A Yorkshire sheep farmer has marked the start of the Tour de France by dyeing his sheep in the colours of winners’ jerseys.

Farmer Keith Chapman, himself a keen cyclist, painted his flock in different colours using dye he would normally use at tupping time.

The sheep, based at Daleside Nurseries, near Harrogate, have created a mini-media frenzy and pictures have been shared hundreds of times on social media sites.

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Mr Chapman has also grown more than 2,500 French marigolds in the shape of a giant yellow jersey.

Both the sheep and the flowers, which are situated along the route, created lots of attention when the Tour made its way through Yorkshire for the first time over the weekend.

Meanwhile, Writtle College, Writtle, Chelmsford, Essex, celebrated the tour by creating a giant landscape of more than 300 bales of haylage in a field on its 220ha estate.

The aim is for the artwork to be viewed from helicopters following the Tour de France as it goes past Writtle today (Monday) as the tussle for the yellow jersey switches from the hilly Yorkshire Dales to the Cambridgeshire Fens for stage three, which stretches from Cambridge to London.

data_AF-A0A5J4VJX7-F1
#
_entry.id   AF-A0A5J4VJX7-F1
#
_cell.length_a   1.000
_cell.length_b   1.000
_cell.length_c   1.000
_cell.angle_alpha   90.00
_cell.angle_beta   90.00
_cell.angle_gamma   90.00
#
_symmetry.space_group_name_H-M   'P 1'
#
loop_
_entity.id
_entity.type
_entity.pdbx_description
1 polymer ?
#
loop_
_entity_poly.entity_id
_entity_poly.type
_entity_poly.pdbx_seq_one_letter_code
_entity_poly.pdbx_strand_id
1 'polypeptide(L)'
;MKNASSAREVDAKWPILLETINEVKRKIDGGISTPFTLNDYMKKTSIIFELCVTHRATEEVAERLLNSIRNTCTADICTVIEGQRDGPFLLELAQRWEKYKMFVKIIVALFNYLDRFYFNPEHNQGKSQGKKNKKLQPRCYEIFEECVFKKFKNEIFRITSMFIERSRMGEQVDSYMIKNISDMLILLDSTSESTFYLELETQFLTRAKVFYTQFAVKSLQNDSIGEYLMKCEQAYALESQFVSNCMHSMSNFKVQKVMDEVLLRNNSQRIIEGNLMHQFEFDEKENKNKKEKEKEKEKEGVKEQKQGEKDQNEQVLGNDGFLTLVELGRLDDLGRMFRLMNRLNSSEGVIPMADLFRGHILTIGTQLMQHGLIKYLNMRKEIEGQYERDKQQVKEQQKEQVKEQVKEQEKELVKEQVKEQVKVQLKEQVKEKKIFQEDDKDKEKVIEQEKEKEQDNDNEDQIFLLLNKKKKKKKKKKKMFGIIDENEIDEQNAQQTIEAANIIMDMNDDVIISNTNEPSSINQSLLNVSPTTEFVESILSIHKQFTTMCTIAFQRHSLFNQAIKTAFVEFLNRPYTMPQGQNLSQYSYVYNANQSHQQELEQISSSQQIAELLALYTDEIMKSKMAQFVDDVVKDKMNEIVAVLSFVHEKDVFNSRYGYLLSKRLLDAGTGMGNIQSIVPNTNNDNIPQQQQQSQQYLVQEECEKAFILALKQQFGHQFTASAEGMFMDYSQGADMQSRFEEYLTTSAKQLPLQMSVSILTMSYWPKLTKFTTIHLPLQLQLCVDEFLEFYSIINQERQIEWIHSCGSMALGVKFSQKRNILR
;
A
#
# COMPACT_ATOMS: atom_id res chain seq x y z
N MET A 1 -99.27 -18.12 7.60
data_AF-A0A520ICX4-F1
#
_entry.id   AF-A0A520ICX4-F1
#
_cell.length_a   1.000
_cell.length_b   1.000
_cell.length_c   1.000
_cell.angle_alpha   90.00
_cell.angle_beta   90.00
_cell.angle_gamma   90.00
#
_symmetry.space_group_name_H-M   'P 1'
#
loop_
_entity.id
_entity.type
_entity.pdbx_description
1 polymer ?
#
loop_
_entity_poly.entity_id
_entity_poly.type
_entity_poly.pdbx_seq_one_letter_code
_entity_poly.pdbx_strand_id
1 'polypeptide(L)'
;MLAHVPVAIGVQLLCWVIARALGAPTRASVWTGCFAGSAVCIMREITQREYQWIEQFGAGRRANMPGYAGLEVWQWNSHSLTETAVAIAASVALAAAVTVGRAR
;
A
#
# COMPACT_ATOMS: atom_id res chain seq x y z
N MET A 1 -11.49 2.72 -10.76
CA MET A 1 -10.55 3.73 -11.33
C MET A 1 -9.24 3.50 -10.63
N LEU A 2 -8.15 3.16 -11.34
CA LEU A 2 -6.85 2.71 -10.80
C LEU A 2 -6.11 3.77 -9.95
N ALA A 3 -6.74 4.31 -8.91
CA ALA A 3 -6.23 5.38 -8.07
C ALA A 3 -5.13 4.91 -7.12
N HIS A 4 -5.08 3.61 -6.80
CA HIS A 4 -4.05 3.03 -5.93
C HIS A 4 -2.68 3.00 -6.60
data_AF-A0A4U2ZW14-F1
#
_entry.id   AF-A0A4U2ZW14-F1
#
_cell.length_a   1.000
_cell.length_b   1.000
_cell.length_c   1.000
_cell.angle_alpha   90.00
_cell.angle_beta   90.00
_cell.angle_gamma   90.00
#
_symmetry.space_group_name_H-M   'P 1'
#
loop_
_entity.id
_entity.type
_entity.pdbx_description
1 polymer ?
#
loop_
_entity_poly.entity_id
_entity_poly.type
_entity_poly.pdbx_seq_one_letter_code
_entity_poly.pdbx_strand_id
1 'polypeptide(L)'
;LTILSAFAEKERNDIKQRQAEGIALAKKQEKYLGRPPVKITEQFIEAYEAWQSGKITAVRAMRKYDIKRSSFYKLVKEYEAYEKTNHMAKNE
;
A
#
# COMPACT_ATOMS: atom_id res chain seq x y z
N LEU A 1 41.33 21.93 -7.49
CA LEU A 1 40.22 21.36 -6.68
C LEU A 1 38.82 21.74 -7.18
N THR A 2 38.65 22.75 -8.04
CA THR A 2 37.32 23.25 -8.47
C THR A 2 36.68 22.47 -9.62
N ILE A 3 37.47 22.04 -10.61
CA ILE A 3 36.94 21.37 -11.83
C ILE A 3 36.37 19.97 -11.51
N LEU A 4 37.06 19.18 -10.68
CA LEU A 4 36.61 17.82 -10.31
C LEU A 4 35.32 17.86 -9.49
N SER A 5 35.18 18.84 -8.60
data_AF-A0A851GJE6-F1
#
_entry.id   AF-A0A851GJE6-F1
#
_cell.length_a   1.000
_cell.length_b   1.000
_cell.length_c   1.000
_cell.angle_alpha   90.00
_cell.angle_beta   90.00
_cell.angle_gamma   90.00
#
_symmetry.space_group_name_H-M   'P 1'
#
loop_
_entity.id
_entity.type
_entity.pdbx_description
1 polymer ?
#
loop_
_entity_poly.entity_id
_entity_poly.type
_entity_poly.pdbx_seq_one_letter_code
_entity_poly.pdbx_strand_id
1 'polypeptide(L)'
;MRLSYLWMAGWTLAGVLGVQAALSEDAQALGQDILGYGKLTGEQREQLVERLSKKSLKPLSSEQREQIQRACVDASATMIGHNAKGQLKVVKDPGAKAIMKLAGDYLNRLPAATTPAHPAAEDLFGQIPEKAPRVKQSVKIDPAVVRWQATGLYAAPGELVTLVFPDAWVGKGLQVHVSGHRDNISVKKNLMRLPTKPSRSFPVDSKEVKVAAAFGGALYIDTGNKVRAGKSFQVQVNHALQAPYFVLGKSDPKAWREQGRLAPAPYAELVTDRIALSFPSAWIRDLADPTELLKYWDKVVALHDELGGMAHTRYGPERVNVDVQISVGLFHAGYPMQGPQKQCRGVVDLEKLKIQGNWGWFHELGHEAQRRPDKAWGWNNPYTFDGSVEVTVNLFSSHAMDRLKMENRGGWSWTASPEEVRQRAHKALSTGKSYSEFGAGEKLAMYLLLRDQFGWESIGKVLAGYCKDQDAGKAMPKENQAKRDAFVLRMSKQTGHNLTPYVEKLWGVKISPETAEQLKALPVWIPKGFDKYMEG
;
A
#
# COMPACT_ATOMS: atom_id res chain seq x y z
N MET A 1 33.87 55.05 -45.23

Tour de France sheep
This flock of sheep – grazing along the Leeds to Harrogate stage of the race – captured the spirit of the Tour de France with their yellow fleeces.

Tour de France sheep
Farmer Keith Chapman, Killinghall, North Yorkshire, shows off one of his sheep painted with polka dot to represent the best climber title in the Tour de France.

Sheep
These sheep in Killinghall, North Yorkshire, have been dyed to represent titles in the Tour de France, yellow for overall leader, polka dot for best climber and green for best sprinter.

Tour de France sheep
This pair of sheep in Killinghall, North Yorkshire, have been dyed to represent the best climber title in the Tour de France.

Writtle College
Writtle College, Essex, created this homage to the Tour de France out of hay bales.